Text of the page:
It doesn’t help that the narrative is thoroughly unengaging, and most if not all of the characters simply are not worth your time to engage with. This is where the true problem with Far Cry 5 lies: for a game set in contemporary America that clearly draws from current fears and references modern politics, it has absolutely nothing to say. The entire game is drenched in whataboutism, too afraid to make a stand for anything. Militant occupation, radical Christianity and racism surround the player on all sides, but they’re set dressing: there’s no greater point to their inclusion. It’s not that the world view has been sanitized, instead there just simply isn’t one. I’ve never seen a piece of media that stumbles over itself to set up a world and then ignores it. A friend joked that it was as if the mansion from Home Alone was set up, but the burglars left before any of the traps could go off. It feels cowardly, and hollow.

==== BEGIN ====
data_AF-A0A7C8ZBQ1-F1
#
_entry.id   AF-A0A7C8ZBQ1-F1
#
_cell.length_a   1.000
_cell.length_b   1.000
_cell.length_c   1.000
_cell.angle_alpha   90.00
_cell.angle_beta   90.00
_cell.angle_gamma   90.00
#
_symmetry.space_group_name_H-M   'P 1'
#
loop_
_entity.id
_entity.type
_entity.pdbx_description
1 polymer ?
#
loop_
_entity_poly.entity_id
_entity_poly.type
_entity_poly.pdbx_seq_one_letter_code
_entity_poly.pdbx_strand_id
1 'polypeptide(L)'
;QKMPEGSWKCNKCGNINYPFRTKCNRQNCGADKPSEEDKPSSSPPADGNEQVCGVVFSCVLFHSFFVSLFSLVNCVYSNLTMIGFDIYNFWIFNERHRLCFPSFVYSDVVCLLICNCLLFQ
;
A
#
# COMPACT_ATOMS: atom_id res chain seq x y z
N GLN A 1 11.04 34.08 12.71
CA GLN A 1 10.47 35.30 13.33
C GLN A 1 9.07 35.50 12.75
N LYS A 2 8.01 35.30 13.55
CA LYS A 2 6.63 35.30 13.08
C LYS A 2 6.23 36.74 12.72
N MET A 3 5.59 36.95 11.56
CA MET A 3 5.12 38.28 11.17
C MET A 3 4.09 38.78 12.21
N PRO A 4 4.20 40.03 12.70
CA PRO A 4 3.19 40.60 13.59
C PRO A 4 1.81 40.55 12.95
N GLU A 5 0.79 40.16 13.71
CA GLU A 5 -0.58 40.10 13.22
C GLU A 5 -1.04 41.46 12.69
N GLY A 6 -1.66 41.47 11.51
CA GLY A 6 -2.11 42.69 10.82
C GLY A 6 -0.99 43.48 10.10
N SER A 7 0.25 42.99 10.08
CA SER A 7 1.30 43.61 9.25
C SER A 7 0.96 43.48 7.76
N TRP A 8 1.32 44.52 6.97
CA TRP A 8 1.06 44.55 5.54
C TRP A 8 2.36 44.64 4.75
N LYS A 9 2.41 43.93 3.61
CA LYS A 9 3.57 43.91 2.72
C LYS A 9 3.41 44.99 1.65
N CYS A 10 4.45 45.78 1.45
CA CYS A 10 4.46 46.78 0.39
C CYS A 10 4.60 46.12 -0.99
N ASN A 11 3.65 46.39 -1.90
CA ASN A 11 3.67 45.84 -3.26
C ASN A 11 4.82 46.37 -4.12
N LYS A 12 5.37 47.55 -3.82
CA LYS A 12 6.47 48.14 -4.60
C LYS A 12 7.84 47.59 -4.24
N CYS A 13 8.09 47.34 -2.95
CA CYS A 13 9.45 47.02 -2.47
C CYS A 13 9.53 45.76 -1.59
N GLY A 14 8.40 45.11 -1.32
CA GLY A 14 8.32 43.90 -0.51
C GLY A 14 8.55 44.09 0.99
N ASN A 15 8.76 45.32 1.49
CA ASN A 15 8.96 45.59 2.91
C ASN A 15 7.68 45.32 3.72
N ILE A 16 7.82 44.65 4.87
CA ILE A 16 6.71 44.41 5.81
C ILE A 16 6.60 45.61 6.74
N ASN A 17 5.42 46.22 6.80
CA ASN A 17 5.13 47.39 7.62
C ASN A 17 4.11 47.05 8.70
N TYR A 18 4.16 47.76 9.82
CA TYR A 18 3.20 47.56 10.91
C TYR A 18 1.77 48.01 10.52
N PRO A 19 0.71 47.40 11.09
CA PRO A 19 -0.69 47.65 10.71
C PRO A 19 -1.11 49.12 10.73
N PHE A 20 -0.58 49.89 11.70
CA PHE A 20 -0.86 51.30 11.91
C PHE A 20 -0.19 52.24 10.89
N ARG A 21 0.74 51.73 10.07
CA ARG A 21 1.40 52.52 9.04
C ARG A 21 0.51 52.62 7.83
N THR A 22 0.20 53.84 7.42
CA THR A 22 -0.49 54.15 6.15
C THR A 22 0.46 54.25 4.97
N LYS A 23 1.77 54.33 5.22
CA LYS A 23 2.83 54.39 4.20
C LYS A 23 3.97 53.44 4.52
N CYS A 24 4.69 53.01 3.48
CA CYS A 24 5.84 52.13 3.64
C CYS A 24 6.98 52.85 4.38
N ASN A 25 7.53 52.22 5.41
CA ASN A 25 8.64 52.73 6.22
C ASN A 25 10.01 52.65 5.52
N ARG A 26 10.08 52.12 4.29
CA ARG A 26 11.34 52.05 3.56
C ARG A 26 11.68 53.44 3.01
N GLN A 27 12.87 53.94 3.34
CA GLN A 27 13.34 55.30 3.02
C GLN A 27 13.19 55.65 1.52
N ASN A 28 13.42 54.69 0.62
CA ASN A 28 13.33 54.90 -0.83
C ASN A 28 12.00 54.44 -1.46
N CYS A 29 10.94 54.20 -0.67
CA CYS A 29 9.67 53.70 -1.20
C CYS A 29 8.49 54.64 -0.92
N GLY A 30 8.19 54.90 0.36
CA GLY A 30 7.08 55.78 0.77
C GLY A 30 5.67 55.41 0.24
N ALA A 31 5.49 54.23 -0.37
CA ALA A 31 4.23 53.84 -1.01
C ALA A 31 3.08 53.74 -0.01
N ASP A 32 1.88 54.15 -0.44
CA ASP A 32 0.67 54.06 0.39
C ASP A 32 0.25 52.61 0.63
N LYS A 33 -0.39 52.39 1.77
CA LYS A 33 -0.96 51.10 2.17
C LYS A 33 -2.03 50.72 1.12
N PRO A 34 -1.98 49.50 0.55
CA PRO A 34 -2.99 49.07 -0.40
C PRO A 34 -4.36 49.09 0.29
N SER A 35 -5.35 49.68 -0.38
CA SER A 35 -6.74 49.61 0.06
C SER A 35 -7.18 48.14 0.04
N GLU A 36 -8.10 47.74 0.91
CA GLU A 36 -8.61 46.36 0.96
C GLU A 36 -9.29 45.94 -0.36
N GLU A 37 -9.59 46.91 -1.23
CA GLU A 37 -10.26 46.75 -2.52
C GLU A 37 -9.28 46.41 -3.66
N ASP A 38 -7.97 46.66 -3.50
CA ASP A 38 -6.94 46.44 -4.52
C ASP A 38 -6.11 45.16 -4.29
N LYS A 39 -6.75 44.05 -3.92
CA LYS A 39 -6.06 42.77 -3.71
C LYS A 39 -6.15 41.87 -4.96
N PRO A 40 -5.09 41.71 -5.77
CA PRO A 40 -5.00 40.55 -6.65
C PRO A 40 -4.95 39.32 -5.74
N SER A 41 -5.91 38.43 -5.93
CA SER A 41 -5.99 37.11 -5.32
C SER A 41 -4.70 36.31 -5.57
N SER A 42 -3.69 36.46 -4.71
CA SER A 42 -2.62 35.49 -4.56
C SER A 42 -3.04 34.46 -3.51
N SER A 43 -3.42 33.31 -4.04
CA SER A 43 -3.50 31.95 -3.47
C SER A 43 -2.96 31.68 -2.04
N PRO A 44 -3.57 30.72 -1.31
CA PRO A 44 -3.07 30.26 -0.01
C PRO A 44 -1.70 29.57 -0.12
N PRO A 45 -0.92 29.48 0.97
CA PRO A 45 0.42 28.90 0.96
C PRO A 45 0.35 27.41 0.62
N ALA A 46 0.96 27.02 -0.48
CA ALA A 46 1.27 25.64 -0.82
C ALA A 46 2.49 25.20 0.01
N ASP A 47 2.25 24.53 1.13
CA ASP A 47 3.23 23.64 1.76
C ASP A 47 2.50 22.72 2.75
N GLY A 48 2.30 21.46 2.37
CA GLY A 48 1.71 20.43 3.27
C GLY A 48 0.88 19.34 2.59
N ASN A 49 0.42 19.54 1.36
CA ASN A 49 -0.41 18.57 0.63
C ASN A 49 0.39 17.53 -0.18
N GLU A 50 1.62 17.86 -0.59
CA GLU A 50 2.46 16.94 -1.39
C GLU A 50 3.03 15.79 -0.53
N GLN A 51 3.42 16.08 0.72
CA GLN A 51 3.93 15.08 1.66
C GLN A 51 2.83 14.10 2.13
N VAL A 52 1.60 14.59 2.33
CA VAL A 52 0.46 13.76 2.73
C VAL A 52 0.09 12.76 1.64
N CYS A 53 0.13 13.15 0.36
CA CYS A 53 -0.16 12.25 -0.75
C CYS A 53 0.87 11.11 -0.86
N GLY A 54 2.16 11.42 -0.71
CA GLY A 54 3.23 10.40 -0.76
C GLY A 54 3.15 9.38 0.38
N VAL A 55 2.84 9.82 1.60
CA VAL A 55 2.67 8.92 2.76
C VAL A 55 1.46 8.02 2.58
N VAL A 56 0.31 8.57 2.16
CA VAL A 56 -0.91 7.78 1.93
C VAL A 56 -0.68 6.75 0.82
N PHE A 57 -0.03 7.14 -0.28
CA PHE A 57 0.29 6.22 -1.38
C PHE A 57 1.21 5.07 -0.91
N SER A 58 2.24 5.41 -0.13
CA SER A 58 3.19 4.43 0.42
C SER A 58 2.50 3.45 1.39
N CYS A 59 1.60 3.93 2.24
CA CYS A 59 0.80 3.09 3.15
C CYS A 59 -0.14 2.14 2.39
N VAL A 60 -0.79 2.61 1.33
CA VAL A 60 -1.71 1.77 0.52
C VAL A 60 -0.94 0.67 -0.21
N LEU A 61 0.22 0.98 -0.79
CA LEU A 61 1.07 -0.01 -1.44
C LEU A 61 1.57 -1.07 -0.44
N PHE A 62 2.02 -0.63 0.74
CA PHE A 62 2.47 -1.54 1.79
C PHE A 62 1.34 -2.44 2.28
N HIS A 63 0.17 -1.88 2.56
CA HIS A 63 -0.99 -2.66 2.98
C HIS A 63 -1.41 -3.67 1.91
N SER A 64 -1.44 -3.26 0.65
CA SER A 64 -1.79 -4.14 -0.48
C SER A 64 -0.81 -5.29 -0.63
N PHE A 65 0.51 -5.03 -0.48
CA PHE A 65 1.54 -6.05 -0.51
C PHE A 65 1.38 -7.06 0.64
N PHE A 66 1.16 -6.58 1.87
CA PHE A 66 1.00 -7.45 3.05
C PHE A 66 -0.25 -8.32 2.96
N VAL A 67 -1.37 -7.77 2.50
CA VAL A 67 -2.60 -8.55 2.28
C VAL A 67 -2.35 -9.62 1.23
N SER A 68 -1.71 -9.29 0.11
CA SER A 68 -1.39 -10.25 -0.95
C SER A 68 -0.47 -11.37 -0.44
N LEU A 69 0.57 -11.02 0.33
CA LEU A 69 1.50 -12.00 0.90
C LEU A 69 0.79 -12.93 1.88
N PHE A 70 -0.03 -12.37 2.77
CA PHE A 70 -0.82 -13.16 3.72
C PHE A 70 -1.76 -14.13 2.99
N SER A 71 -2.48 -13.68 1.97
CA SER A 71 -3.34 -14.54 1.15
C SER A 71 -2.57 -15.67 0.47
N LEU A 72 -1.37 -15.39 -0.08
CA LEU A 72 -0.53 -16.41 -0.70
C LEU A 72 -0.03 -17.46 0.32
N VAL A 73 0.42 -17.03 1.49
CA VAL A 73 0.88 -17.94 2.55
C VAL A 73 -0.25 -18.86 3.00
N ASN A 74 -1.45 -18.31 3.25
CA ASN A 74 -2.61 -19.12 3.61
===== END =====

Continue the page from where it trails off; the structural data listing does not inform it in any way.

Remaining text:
The four lead villains all fail to connect as a result. Vaas and Pagan Min from Far Cry 3 and 4 respectively were charismatic and deeply troubled, but your engagement with them was satisfying. By forcibly dragging the player into a story mission nine times, the player never develops the goodwill with any of the characters on their own, and once you’re done with each region, you’re done with that character. They’re both oversaturated and underserved, whch is a bizarre mix. Joseph Seed is as close as you’ll get to a character you’ll want to engage with, but you see so little of him that it’s all for naught.
Far Cry 5 left me hollow. Maybe it wasn’t there at all, but if the initial reveal from May 2017 was discarded along the way then what they replaced it with was nothing. The remaining story is so milquetoast and uninteresting that there’s nothing for the player to connect with outside of the running and shooting, and that wears thin well before the end of the 30-ish hour campaign. The crazed ending will leave the internet doused in hot takes for years to come, but that and a couple of gameplay tweaks don’t add up to a whole experience worth your time. If you want mindless co-op fun with a friend you’ll have a good time, but do yourself a favour and play with the game on mute.